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Rare Variants in ATP8B4, ABCA1 Tied to Alzheimer's Disease Risk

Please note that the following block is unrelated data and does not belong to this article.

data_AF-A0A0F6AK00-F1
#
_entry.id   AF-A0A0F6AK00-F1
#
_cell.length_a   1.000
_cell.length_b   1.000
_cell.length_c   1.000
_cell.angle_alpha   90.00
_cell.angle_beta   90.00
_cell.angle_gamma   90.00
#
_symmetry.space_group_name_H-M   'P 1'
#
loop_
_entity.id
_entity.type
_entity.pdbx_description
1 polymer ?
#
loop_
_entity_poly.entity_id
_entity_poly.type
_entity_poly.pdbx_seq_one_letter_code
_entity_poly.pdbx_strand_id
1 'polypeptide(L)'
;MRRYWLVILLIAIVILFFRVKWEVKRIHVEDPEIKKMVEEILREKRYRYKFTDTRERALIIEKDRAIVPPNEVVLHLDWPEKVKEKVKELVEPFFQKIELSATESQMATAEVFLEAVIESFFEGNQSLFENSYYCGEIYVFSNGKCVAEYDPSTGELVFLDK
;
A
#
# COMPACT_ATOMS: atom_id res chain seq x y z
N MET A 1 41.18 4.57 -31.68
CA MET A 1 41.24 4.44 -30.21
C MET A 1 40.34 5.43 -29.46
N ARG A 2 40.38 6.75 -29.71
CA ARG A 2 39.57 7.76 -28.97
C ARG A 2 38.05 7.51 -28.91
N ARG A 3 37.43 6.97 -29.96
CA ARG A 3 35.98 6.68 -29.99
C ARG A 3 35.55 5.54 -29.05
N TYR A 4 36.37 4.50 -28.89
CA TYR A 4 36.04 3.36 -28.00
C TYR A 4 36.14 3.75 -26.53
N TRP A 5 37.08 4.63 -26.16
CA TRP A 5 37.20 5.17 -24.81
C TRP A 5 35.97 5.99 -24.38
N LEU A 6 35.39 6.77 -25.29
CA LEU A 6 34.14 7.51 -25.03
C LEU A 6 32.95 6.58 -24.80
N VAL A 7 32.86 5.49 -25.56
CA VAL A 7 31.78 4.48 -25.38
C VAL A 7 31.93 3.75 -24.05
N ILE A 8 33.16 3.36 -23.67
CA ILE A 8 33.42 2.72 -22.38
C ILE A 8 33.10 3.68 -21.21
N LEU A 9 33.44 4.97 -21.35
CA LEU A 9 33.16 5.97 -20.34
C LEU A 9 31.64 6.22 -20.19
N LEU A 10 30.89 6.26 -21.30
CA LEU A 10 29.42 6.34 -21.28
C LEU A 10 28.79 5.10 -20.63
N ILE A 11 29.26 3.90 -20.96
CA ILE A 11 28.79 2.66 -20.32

Rare variants in ATP8B4 and ABCA1 may increase risk of developing Alzheimer's disease, a new study in Nature Genetics finds. An international team of researchers compared the gene-based burden of rare damaging variants in 16,036 individuals with Alzheimer's disease and 16,522 controls who had all undergone exome sequencing. They uncovered half a dozen genes with a differential burden of rare variants between cases and controls, five of which they confirmed in additional analyses. Those five also mapped to genome-wide association study loci, leading the researchers to look for potential driver genes and homing in on RIN3, CLU, ZCWPW1, and ACE. However, they note that the GWAS sentinel variants and the rare-variant burden appear to be independent. The researchers note that their analysis points to ATP8B4 and ABCA1 as new risk factors for Alzheimer's and also underscores the role of amyloid-β precursor protein processing, amyloid-β aggregation, lipid metabolism, and microglial function in the disease. "The associated genes strengthen our current understanding of [Alzheimer's disease] pathophysiology. When treatment options become available in the future, identification of damaging variants in these genes will be of interest to clinical practice," they write.